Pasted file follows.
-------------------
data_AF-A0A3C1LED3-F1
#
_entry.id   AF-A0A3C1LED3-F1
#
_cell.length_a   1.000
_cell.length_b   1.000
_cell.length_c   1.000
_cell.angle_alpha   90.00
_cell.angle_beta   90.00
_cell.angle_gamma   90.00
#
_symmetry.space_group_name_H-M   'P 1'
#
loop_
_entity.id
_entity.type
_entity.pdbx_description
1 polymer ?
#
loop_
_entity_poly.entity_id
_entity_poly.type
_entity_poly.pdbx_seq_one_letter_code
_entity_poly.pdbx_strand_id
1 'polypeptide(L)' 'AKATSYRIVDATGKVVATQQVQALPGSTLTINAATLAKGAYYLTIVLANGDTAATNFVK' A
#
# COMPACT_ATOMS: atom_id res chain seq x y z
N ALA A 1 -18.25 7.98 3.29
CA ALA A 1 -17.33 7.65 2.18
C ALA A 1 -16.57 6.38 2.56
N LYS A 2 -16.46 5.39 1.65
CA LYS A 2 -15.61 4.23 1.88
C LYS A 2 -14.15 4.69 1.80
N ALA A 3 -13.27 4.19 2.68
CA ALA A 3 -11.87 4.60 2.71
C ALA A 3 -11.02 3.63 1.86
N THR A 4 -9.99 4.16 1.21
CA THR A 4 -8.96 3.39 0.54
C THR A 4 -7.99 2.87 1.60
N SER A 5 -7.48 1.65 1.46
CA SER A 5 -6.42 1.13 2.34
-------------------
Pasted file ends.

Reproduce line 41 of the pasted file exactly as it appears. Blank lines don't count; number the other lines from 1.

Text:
CA SER A 5 -6.42 1.13 2.34